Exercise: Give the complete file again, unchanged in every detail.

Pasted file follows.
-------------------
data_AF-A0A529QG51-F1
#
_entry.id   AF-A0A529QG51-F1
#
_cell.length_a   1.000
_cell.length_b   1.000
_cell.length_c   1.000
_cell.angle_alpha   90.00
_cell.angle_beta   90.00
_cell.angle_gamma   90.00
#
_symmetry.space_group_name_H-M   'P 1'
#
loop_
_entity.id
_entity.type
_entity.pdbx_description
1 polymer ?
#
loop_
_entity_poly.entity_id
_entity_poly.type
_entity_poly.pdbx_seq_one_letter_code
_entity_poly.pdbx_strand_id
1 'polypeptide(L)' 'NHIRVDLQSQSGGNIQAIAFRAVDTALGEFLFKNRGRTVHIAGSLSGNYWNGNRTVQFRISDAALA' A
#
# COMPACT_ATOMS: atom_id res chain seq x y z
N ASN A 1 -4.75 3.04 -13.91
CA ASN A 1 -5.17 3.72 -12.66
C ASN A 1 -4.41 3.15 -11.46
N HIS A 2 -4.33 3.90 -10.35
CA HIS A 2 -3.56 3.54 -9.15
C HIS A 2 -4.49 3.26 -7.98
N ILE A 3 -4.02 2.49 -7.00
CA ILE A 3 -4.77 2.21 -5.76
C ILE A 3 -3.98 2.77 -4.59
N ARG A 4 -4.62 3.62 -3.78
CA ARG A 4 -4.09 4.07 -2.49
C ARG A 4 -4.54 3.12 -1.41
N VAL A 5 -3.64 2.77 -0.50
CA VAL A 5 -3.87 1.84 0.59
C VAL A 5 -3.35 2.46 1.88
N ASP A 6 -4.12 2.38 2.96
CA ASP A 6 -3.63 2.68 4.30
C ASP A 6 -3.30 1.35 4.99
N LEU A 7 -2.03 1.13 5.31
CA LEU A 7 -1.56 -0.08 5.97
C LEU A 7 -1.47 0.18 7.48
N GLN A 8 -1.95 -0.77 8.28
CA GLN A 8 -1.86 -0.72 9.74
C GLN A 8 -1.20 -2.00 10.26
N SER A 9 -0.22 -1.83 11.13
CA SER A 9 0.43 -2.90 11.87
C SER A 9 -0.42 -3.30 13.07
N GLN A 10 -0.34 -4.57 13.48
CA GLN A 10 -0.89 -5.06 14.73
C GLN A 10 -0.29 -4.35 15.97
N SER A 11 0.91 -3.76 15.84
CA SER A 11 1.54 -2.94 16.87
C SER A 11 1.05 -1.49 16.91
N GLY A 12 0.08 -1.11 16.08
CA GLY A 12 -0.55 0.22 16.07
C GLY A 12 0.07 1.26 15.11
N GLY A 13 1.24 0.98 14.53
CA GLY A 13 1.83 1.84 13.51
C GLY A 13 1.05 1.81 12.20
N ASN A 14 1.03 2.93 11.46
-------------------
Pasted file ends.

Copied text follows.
data_AF-A0A529QG51-F1
#
_entry.id   AF-A0A529QG51-F1
#
_cell.length_a   1.000
_cell.length_b   1.000
_cell.length_c   1.000
_cell.angle_alpha   90.00
_cell.angle_beta   90.00
_cell.angle_gamma   90.00
#
_symmetry.space_group_name_H-M   'P 1'
#
loop_
_entity.id
_entity.type
_entity.pdbx_description
1 polymer ?
#
loop_
_entity_poly.entity_id
_entity_poly.type
_entity_poly.pdbx_seq_one_letter_code
_entity_poly.pdbx_strand_id
1 'polypeptide(L)' 'NHIRVDLQSQSGGNIQAIAFRAVDTALGEFLFKNRGRTVHIAGSLSGNYWNGNRTVQFRISDAALA' A
#
# COMPACT_ATOMS: atom_id res chain seq x y z
N ASN A 1 -4.75 3.04 -13.91
CA ASN A 1 -5.17 3.72 -12.66
C ASN A 1 -4.41 3.15 -11.46
N HIS A 2 -4.33 3.90 -10.35
CA HIS A 2 -3.56 3.54 -9.15
C HIS A 2 -4.49 3.26 -7.98
N ILE A 3 -4.02 2.49 -7.00
CA ILE A 3 -4.77 2.21 -5.76
C ILE A 3 -3.98 2.77 -4.59
N ARG A 4 -4.62 3.62 -3.78
CA ARG A 4 -4.09 4.07 -2.49
C ARG A 4 -4.54 3.12 -1.41
N VAL A 5 -3.64 2.77 -0.50
CA VAL A 5 -3.87 1.84 0.59
C VAL A 5 -3.35 2.46 1.88
N ASP A 6 -4.12 2.38 2.96
CA ASP A 6 -3.63 2.68 4.30
C ASP A 6 -3.30 1.35 4.99
N LEU A 7 -2.03 1.13 5.31
CA LEU A 7 -1.56 -0.08 5.97
C LEU A 7 -1.47 0.18 7.48
N GLN A 8 -1.95 -0.77 8.28
CA GLN A 8 -1.86 -0.72 9.74
C GLN A 8 -1.20 -2.00 10.26
N SER A 9 -0.22 -1.83 11.13
CA SER A 9 0.43 -2.90 11.87
C SER A 9 -0.42 -3.30 13.07
N GLN A 10 -0.34 -4.57 13.48
CA GLN A 10 -0.89 -5.06 14.73
C GLN A 10 -0.29 -4.35 15.97
N SER A 11 0.91 -3.76 15.84
CA SER A 11 1.54 -2.94 16.87
C SER A 11 1.05 -1.49 16.91
N GLY A 12 0.08 -1.11 16.08
CA GLY A 12 -0.55 0.22 16.07
C GLY A 12 0.07 1.26 15.11
N GLY A 13 1.24 0.98 14.53
CA GLY A 13 1.83 1.84 13.51
C GLY A 13 1.05 1.81 12.20
N ASN A 14 1.03 2.93 11.46